In The World Is Flat, Thomas Friedman divides modern history into three periods. Globalization 1.0 occupied the years between Columbus’ 1492 voyage to the Americas and the 1800s. It is characterized by collaboration at a country level. That is, things were generally accomplished within a national scope, and people were concerned with how their country fit into the world.
Between 1800 and 2000, we graduated to Globalization 2.0, where companies became the primary vehicle by which we experienced the world. More recently, we progressed to Globalization 3.0 and now have the ability to experience, work and collaborate with the world as individuals apart from the companies or countries to which we belong. This is a big change and is greatly influencing both our personal and professional lives.
The growth of open source illustrates this change. Open source solutions are becoming increasingly popular, even more so than their traditional counterparts. According to the book Wikinomics, 2006 was the year when Flickr beat Webshots, Wikipedia beat Britannica, Blogger beat CNN, Epinions beat Consumer Reports, Google Maps beat MapQuest, and Craigslist beat Monster. About half of all web servers are now powered by Apache, and 1.2 million people download OpenOffice every week. The number of open-source projects doubles every 14 months. By 2012, according to Gartner, 90% of companies with IT services will use open-source products of some type. Clearly, a lot of energy is associated with collaborating to provide products that are more interactive, higher quality and less expensive if not free.
In our own industry there are collaboration groups and associations such as TAUS, LISA and even LinkedIn groups. While these organizations serve important functions, we will demonstrate that there is also a need for a peer-to-peer network where experts are voted into place by the community and that authority is earned based on contribution, sharing and the quality of interactions.
Social networking and collaboration in particular are often confused with each other. Social networking is concerned with creating and maintaining relationships, getting people together and coordinating their activities. Collaboration is concerned with accomplishing a task, project or goal. Of course, accomplishing anything usually requires people, and any time people are involved there is a social aspect to their interactions. Therefore, collaboration solutions usually include social networking features to help the work along.
Collaboration can happen either synchronously or asynchronously. Phone calls, meetings and webinars are examples of synchronous collaboration where everyone is working together at the same time. E-mail, blogs, wikis, lists, documents and workflows are examples of asynchronous collaboration where people participate at different times depending on their location, availability and priorities.
Internal collaboration refers to intra-company interactions or working with other employees of the same organization or company. Organizing the knowledge of people “owned” by the company is a natural step towards more open collaboration. Some of the fears and obstacles associated with open collaboration are avoided by working exclusively with others who are bound by the same rules and organizational culture. However, many are realizing that no matter how smart or numerous their employees, ideas and opportunities exist outside their companies. To avail themselves of this external knowledge and creativity, companies have begun collaborating on specific initiatives with select partners — a few companies that share similar goals, rules and culture. Many choose to continue collaborations after the initiatives that instigated them have ended and are turning increasingly towards more open or external collaboration.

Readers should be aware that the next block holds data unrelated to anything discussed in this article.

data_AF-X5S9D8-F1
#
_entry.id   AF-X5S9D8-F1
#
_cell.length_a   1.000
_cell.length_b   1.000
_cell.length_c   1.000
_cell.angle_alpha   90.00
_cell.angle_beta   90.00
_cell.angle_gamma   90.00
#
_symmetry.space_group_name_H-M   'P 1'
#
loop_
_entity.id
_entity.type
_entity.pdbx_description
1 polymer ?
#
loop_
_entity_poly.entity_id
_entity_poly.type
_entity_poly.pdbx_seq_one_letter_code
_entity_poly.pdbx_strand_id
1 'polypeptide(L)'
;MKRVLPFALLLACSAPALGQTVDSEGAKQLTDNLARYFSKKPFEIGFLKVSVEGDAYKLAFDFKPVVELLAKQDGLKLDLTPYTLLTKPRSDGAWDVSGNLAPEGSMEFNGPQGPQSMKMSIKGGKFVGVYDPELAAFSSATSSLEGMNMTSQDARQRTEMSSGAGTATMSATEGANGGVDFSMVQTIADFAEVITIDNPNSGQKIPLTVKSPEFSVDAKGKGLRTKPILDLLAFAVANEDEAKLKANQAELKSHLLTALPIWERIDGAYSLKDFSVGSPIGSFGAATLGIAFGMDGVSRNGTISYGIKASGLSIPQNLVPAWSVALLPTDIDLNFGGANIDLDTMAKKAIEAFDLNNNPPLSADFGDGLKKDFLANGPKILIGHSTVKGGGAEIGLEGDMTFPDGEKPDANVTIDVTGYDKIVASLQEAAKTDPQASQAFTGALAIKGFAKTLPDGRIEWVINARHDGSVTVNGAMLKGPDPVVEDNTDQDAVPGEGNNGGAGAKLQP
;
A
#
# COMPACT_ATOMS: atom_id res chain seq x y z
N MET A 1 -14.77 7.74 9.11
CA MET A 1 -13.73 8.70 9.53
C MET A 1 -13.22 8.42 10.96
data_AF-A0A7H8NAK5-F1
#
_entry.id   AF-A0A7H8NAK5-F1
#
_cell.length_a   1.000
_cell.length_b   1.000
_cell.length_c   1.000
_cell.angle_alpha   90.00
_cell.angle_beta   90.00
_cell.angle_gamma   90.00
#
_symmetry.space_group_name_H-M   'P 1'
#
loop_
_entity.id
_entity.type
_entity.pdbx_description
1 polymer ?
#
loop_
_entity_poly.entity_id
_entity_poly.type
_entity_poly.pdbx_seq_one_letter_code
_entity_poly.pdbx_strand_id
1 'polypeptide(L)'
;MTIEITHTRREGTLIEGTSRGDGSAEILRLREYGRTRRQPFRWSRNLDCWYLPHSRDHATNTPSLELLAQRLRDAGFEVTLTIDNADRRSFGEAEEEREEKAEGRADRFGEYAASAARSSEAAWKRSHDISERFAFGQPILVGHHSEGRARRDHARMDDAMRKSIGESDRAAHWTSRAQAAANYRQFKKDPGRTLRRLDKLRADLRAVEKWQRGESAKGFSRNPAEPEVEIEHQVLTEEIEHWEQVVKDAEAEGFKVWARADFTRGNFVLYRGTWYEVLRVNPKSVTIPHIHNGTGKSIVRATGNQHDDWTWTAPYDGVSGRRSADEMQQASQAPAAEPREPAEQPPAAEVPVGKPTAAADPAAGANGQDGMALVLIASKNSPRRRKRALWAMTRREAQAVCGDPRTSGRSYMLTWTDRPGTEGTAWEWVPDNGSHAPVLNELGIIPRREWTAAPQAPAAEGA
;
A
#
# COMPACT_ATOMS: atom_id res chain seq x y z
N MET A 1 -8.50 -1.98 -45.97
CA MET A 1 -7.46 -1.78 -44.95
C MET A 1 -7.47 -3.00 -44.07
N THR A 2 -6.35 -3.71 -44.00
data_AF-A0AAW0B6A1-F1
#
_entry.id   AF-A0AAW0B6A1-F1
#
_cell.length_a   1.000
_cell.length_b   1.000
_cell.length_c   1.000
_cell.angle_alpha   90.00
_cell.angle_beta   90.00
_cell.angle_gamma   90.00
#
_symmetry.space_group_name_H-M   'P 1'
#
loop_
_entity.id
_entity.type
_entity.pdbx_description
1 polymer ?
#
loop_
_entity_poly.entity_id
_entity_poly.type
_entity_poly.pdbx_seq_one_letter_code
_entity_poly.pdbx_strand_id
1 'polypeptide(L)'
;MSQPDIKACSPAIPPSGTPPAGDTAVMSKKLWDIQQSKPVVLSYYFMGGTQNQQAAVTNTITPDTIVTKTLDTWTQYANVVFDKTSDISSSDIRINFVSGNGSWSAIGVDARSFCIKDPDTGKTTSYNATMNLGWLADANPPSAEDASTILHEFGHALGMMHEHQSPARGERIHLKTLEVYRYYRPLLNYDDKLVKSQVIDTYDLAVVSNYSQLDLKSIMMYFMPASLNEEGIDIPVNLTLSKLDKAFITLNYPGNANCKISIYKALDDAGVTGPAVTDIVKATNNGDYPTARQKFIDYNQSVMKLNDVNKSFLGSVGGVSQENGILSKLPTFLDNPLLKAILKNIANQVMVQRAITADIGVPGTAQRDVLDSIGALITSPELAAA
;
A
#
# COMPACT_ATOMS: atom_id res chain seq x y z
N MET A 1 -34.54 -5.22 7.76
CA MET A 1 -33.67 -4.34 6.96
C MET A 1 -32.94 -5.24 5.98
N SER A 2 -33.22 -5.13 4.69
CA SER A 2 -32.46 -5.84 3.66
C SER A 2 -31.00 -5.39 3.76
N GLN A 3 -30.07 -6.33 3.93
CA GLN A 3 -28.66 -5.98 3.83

In the past, if you asked people what collaboration tools they used, most would mention e-mail and the telephone. Though these tools still reign supreme, blogs, microblogs and the like are becoming more common. It seems almost everyone has a blog now. Many of us are tweeting, and wikis are prevalent as well.
Today, robust collaboration platforms contain a growing list of features including blogs, microblogs, wikis, versioning, alerting, rating, RSS, metrics, user management, security, podcasting, search, mobile support, chat, polling, user profiles, dashboards, workflows and calendars. Integration with e-mail, online services and the ability to add external widgets from sites such as Flickr is important. Project management features such as task tracking and sharing are becoming more important. For example, Microsoft is strengthening the tie between Microsoft Project and SharePoint for its 2010 release.
The better platforms can also manage web pages, documents, graphics and videos along with their source files. They also integrate with content creation tools. Unfortunately, the ability to schedule, host and document web meetings with desktop sharing and telephony usually requires using multiple services. While this is an obvious gap for many platform providers, plenty of vendors specialize in these services. Some even offer free internet meetings for small numbers of people. Knowledge management is a newer area to emerge and includes expert location, knowledge networks, idea management, talent development and information organization.
With Facebook, MySpace and Twitter, we have become familiar with social networking and its associated features of finding people and establishing networks. Some platforms emphasize these features while others emphasize collaboration features. The large platform vendors have seen the need for both and are moving to shore up weaknesses in both areas.